Iván Martí-Vidal, EHT Polarimetry Working Group coordinator and researcher at the University of Valencia in Spain, said: “This work is a major milestone: The polarization of light carries information that allows us to better understand the physics behind the image we saw in April 2019, which was not possible before.
“Unveiling this new polarized light image required years of work due to the complex techniques involved in obtaining and analyzing the data.”
Light becomes polarized in one of two ways: When it passes through a filter – like lenses on polarised sunglasses – or when it is emitted from a scorching-hot region of space where magnetic fields are present.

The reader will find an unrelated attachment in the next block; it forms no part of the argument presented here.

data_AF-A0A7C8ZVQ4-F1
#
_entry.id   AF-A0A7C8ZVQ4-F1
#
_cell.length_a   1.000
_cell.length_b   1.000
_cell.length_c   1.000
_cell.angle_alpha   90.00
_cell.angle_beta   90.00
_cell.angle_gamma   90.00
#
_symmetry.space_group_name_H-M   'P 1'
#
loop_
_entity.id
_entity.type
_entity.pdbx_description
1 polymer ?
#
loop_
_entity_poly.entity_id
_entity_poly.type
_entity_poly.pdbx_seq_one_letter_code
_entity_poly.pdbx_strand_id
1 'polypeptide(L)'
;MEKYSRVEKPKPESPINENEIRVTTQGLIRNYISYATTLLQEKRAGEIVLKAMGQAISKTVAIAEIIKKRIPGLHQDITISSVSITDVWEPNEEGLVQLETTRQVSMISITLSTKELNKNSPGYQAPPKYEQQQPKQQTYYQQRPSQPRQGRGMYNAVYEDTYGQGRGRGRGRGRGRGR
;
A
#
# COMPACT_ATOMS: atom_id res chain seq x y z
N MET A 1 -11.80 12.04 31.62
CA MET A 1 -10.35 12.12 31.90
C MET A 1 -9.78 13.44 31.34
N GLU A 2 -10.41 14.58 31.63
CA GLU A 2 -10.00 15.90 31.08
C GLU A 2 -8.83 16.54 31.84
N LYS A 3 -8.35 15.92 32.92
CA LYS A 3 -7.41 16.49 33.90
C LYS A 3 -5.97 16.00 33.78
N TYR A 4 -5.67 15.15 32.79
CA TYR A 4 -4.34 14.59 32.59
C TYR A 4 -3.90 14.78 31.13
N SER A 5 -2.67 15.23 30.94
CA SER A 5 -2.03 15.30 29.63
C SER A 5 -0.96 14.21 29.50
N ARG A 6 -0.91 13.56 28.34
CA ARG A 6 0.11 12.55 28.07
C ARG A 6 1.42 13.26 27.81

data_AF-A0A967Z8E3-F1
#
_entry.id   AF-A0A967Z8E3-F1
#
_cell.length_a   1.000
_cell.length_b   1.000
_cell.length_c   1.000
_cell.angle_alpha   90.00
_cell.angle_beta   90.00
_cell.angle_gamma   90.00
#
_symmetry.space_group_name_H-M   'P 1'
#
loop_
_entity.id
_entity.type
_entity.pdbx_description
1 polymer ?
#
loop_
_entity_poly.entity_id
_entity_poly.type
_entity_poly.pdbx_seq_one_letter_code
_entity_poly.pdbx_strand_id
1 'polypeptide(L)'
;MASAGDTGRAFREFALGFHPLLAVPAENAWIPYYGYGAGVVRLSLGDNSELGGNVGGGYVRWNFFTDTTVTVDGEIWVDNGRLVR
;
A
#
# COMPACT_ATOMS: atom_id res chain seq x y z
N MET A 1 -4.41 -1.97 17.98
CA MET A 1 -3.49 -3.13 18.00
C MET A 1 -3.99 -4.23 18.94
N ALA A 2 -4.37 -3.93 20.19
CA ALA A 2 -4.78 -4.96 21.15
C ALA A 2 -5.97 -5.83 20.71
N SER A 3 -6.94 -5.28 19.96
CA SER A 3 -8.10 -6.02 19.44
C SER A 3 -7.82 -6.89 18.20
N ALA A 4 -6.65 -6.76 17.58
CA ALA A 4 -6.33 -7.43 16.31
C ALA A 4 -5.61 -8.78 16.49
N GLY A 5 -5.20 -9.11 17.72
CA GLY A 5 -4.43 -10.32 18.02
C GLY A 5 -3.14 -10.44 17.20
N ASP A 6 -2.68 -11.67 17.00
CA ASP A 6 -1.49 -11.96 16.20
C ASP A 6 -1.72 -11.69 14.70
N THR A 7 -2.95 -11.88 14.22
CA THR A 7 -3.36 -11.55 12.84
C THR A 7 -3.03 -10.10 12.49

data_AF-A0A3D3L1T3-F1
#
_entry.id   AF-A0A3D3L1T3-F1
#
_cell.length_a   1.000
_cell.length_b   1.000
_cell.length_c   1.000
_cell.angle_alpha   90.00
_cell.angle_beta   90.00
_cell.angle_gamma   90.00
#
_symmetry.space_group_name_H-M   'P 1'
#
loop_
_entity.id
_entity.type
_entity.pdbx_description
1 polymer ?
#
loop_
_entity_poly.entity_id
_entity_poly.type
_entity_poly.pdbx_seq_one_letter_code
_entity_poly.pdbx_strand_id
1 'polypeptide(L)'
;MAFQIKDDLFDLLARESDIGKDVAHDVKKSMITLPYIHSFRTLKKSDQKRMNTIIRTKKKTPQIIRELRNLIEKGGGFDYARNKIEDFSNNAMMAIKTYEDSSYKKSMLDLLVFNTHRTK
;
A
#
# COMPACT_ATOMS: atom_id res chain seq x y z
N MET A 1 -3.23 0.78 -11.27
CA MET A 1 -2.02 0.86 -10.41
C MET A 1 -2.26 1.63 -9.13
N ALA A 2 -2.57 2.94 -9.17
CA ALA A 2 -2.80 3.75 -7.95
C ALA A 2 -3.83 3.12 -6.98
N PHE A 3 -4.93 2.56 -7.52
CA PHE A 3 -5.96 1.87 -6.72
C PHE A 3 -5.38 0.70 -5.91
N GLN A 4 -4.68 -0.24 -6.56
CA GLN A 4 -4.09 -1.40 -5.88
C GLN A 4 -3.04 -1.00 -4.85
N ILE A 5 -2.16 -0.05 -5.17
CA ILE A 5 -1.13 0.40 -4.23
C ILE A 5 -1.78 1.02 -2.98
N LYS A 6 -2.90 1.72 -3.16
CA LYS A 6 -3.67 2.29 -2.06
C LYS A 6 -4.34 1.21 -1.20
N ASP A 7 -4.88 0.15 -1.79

And just like a pair of polarised sunglasses makes it easier to see on a sunny day, astronomers can use this phenomenon to get a better view of the black hole in question.
More specifically, the polarised light allows scientists to chart the magnetic fields that flow near the black hole’s edge.